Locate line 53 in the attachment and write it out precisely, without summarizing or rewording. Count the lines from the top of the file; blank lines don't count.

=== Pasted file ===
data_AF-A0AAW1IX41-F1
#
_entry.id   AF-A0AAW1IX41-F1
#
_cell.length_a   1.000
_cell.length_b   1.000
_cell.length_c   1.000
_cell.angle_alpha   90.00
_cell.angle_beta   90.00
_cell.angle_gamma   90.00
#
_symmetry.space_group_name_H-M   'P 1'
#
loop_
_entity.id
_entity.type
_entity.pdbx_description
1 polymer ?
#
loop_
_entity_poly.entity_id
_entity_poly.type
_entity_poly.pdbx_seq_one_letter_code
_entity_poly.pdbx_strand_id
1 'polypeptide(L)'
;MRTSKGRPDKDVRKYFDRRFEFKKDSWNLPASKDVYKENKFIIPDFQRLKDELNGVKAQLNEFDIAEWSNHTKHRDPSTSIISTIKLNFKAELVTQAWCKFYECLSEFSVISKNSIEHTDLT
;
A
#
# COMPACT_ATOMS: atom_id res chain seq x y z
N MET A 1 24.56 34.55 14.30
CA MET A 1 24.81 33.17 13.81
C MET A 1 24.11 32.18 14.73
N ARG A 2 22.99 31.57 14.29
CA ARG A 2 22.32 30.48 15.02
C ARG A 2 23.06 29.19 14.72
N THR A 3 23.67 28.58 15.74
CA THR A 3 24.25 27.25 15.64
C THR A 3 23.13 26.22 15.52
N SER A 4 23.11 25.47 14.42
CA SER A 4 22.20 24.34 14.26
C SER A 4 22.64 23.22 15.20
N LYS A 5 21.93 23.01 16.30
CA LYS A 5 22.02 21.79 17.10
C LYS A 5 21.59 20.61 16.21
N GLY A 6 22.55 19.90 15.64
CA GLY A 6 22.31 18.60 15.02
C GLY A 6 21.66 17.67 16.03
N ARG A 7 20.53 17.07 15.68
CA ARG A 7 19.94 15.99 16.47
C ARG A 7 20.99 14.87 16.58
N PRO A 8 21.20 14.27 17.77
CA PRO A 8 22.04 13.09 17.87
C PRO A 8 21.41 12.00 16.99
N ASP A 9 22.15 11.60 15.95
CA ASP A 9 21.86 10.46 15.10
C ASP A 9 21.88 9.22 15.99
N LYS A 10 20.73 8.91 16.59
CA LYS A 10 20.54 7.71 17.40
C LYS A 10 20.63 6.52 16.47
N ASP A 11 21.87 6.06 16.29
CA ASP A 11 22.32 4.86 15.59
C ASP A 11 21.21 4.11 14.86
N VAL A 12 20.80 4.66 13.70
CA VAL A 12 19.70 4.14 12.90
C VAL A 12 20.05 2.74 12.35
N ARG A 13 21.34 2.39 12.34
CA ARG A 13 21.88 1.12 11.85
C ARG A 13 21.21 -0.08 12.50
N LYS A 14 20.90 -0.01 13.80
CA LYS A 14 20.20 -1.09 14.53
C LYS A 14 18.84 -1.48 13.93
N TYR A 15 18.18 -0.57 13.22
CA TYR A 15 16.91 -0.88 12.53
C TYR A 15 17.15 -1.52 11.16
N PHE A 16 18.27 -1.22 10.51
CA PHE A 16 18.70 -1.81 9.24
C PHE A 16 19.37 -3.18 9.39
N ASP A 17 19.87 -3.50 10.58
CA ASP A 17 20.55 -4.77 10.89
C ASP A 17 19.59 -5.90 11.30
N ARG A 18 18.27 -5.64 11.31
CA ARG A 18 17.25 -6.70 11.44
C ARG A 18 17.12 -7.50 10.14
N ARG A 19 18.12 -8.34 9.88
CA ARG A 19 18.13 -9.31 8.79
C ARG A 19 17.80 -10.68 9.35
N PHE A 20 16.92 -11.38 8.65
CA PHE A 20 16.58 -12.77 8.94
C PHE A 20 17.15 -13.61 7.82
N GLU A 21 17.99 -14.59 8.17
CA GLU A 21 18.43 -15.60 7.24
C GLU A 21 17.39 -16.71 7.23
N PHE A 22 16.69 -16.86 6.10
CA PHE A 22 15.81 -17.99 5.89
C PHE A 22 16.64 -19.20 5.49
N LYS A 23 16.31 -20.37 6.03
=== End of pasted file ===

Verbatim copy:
CA PRO A 8 22.04 13.09 17.87